CNN Feature: “Turn rupture into repair: How to navigate relationship arguments”

The stress of the last year and a half has frayed many relationships. Couples may not agree on their risk tolerance in relation to COVID-19; lockdowns, quarantines, and travel restrictions may have us feeling cooped up; and our social lives outside of the home, and the support and sustenance they normally provide, have been severely curtailed.

If this sounds familiar, then My dear colleague Dr. Ian Kerner’s CNN article, “Turn rupture into repair: How to navigate relationship arguments in the ‘new normal”” may be of assistance. I was glad to be tapped for my advice, along with more than a half dozen other colleagues. 

Namely, I offered counterintuitive advice to take the flight option of the fight-or-flight response. 

We know the body takes about 20 minutes to calm down after the fight-or-flight response is activated. I suggest: “Tell your partner that you’re not in a space to contribute to the discussion in a useful way, suggest taking a break with offering a specific time to come back to one another, and then return to it when you’ve both cooled off.”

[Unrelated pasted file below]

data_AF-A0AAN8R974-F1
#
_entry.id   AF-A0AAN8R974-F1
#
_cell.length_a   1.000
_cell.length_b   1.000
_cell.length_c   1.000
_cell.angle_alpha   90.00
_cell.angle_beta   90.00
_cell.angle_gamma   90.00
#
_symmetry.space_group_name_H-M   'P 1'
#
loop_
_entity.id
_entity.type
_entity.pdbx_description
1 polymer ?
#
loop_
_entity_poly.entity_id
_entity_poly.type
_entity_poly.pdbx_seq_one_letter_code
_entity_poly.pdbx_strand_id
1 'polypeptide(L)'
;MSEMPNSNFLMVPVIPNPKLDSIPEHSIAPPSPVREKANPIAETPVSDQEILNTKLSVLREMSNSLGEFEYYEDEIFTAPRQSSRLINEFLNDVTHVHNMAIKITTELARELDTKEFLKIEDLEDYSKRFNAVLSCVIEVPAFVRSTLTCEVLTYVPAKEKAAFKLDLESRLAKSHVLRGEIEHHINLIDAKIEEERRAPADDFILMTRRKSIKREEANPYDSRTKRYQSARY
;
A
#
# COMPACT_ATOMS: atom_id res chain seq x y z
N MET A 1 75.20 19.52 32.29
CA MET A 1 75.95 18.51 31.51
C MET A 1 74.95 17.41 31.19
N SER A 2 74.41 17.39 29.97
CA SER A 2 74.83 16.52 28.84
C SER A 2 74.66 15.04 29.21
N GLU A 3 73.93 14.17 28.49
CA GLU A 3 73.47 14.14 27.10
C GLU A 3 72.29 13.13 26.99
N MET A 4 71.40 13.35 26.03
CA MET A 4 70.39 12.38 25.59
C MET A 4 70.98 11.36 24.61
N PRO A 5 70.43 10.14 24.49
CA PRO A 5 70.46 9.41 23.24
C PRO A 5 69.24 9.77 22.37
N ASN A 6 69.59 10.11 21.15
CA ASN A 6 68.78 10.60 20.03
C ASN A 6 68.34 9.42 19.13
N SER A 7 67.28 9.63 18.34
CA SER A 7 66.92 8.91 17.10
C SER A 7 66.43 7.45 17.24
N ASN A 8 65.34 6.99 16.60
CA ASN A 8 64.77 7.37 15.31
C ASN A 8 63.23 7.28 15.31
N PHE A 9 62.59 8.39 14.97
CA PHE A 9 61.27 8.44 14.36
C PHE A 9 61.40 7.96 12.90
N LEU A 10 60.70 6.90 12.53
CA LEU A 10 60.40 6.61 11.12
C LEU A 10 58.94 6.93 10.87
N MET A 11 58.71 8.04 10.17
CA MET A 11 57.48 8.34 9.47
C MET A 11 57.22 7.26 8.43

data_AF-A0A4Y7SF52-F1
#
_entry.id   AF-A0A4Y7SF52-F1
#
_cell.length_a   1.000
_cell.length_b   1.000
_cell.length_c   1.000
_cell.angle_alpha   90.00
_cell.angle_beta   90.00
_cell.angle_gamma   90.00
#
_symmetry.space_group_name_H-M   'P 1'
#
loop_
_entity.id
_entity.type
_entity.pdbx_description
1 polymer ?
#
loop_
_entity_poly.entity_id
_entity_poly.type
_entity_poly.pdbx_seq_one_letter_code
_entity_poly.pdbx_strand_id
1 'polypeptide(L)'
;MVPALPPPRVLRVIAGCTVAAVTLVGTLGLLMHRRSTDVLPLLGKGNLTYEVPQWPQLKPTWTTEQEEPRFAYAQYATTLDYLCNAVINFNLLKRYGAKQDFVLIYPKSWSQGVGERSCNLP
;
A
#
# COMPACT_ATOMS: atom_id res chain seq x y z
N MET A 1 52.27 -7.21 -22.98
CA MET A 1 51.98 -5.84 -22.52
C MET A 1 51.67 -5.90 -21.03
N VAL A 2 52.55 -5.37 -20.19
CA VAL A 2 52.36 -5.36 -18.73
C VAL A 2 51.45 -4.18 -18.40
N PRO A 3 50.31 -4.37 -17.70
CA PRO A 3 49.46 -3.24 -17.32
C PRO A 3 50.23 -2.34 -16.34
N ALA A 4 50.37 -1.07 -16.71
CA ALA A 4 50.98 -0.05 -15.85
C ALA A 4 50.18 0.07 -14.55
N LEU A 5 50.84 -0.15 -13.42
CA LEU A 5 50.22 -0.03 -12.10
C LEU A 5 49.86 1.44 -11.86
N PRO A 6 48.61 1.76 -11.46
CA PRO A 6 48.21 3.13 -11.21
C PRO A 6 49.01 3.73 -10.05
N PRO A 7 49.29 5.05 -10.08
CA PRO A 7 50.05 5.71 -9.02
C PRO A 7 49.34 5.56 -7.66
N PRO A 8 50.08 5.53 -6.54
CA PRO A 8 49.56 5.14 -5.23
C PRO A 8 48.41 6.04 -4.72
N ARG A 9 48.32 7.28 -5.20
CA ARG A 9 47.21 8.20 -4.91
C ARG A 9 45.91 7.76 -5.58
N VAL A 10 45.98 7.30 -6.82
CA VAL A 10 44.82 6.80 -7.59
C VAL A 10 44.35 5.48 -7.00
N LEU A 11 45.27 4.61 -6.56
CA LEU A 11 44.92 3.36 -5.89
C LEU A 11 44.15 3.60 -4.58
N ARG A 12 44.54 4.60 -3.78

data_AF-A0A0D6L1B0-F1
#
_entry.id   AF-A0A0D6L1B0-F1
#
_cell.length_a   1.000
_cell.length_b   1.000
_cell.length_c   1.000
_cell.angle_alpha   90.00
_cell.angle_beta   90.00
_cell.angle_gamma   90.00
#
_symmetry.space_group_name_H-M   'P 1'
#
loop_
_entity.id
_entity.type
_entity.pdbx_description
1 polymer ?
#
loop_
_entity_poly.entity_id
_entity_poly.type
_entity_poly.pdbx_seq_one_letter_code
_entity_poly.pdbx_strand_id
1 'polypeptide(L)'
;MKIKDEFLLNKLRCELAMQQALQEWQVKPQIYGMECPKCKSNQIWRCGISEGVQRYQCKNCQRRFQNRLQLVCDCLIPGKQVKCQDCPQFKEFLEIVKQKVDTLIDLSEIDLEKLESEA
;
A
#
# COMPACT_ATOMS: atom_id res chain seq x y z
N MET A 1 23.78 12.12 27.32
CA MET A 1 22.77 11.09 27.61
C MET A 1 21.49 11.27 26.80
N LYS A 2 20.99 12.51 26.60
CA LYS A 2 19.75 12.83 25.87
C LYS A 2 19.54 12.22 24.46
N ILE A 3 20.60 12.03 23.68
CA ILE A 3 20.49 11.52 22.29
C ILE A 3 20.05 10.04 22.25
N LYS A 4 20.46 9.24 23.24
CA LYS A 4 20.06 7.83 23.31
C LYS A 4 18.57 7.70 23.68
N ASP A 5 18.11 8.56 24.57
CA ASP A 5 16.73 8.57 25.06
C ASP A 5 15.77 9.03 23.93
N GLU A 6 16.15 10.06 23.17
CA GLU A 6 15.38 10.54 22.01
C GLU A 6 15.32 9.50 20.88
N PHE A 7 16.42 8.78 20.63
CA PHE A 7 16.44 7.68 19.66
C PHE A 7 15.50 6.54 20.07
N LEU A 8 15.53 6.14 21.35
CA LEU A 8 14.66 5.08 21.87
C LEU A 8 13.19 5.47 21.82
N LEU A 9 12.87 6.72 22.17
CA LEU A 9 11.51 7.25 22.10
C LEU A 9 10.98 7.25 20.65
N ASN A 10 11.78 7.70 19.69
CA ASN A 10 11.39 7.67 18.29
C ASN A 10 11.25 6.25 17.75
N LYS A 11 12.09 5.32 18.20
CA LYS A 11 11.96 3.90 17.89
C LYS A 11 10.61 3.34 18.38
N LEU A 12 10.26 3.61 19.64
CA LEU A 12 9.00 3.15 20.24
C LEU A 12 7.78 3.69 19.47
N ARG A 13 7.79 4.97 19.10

You could workout or go for a walk, jump rope, call a friend, or meditate. Consider any activity that doesn’t bring you immediately back to the argument.

Couples therapist Barbara Gold offered the next step which I agree with: “But don’t ignore it. If a quick repair isn’t possible because one or both of you is agitated, make a plan to talk about it as soon as you’re both ready and able. Sweeping things under the rug is not the solution to stopping conflict.”

Kerner outlines seven other techniques to help you return to the relationship and begin repairing it. You can read the CNN article here. And here are a couple extra that I use with my couple and found effective: 

I suggest my couples have a “couples jar.” Anything that needs further conversation or to be revisited will go in that jar, so the next time you go for a walk, or have your weekly sessions with one another or your couples therapist you can take it out and make an attempt to discuss and resolve it. The conversation goes back in the jar until it is fully resolved from both of our perspectives. 

This is very helpful because you know there will be a time for you to come back to the issue so you won’t have to carry it around with you and let it cast a shadow on every moment of the coming days! 

It is also important to put away an hour a week (not asking for too much here) to connect and discuss any issues that need resolution. Like going to a therapist once a week. Don’t go over an hour. Having a time limit will help you preserve presence and consistency of energy throughout the hour.